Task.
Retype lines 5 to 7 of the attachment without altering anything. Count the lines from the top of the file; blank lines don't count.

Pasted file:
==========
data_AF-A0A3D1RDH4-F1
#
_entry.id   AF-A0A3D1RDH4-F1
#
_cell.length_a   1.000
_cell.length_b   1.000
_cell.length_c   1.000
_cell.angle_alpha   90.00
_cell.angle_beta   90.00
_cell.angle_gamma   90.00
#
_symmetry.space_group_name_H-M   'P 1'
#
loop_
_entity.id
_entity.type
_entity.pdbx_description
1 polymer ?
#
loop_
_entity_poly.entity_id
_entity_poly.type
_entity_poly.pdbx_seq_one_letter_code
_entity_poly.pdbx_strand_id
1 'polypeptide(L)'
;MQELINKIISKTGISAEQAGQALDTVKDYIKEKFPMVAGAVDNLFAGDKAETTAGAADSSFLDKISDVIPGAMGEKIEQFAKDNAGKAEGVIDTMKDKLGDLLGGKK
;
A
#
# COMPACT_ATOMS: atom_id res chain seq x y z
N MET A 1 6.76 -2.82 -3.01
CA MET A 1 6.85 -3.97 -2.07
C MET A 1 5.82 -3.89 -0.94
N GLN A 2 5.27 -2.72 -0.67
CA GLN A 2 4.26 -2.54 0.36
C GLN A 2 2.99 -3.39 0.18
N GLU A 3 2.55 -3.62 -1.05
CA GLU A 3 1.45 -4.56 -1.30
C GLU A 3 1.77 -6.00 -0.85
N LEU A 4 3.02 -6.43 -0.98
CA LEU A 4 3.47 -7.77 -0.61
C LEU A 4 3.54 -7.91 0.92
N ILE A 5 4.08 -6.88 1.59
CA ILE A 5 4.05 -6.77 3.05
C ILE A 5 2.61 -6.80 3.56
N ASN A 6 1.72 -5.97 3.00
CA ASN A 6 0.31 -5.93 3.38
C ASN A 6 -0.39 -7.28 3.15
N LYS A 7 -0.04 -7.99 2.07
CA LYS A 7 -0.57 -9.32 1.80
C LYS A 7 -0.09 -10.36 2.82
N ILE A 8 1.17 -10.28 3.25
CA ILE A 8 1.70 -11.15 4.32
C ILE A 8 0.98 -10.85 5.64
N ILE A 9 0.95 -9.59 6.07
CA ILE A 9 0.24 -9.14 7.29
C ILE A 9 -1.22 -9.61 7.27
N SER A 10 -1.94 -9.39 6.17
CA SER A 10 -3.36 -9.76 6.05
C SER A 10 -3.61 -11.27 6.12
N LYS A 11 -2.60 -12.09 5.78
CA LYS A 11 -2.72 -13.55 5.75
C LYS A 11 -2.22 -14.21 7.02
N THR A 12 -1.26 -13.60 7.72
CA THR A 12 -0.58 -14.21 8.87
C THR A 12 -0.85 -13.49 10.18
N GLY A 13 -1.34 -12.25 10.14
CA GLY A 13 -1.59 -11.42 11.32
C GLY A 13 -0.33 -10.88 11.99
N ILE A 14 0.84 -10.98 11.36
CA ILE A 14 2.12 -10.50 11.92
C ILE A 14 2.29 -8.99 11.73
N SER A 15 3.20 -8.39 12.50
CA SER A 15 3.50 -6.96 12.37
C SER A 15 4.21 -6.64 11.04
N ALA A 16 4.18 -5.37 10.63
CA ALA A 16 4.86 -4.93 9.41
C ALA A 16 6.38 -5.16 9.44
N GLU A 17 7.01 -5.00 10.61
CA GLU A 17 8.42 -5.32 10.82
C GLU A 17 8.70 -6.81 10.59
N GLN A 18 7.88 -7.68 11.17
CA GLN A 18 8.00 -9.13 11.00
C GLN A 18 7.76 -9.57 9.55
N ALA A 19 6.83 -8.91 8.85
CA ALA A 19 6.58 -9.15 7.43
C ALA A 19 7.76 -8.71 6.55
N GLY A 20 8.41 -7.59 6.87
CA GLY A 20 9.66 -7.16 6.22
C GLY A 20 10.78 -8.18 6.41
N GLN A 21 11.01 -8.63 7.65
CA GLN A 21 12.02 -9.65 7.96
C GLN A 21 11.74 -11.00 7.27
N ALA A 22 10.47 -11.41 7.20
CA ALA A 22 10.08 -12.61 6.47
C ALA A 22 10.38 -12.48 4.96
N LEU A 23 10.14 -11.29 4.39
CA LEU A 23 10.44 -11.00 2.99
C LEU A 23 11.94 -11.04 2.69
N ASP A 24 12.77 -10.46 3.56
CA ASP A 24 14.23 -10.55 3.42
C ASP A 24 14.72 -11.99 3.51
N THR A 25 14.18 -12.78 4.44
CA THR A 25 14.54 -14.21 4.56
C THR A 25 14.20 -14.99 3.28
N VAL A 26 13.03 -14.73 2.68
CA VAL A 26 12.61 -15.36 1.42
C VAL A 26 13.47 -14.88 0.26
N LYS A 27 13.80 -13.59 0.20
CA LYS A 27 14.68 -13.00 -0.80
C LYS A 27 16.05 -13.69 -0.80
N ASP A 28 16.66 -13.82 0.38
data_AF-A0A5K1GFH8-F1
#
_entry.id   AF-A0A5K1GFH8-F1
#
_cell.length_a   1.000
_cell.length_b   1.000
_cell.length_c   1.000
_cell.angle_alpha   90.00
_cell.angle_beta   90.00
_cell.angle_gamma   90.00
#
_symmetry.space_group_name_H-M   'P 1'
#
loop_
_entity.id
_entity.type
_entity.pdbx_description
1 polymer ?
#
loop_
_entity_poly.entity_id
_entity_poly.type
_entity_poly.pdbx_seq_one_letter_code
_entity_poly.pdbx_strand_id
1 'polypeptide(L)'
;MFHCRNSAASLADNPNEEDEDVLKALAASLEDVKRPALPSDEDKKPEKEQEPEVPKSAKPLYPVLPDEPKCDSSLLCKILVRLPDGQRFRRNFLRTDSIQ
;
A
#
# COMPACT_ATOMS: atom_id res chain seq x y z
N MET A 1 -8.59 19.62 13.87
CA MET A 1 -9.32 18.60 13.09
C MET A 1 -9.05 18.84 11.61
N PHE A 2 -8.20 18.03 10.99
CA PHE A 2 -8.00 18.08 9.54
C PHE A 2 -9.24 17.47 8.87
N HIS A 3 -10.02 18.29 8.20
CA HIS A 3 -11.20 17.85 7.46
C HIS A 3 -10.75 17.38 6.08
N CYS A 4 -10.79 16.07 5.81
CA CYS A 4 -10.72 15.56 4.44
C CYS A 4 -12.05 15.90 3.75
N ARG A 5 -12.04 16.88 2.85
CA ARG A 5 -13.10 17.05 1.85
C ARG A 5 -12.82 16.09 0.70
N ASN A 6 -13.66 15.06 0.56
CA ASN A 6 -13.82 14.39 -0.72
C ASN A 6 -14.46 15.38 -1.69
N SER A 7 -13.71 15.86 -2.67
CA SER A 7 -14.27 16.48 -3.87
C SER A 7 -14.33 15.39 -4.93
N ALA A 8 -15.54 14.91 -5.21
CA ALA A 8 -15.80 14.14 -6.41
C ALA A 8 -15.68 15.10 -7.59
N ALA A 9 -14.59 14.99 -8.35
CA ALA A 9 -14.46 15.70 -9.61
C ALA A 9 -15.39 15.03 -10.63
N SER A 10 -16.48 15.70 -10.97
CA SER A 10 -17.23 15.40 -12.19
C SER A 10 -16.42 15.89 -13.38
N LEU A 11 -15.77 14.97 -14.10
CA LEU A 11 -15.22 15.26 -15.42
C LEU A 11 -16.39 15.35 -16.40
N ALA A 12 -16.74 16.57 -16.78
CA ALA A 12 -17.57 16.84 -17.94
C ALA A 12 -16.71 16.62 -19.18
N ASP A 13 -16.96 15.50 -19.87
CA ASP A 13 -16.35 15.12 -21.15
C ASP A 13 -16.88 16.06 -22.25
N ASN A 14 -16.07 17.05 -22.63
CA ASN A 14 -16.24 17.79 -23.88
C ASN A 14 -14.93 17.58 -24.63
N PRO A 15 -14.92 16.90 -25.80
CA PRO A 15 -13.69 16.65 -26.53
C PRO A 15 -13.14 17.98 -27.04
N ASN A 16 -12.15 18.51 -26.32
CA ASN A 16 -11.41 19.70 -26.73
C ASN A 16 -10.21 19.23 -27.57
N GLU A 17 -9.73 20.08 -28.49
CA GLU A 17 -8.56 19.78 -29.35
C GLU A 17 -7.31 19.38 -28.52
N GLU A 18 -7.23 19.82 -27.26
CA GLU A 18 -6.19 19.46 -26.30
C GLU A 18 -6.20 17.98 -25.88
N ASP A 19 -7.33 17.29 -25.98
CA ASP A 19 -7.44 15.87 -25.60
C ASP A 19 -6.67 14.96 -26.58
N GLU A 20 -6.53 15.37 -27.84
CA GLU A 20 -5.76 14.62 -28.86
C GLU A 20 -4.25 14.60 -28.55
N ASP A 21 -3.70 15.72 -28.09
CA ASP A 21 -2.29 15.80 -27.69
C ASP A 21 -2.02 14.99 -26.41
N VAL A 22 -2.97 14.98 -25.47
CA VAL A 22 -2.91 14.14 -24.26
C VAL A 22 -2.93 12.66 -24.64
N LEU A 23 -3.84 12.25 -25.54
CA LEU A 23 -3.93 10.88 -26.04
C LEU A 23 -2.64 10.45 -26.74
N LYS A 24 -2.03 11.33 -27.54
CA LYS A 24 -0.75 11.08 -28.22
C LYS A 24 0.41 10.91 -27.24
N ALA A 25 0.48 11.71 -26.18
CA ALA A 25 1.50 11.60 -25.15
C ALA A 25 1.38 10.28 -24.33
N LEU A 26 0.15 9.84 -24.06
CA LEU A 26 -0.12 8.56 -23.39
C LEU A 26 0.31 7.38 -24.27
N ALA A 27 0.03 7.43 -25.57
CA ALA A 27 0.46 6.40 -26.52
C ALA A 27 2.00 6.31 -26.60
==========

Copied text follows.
_cell.length_a   1.000
_cell.length_b   1.000
_cell.length_c   1.000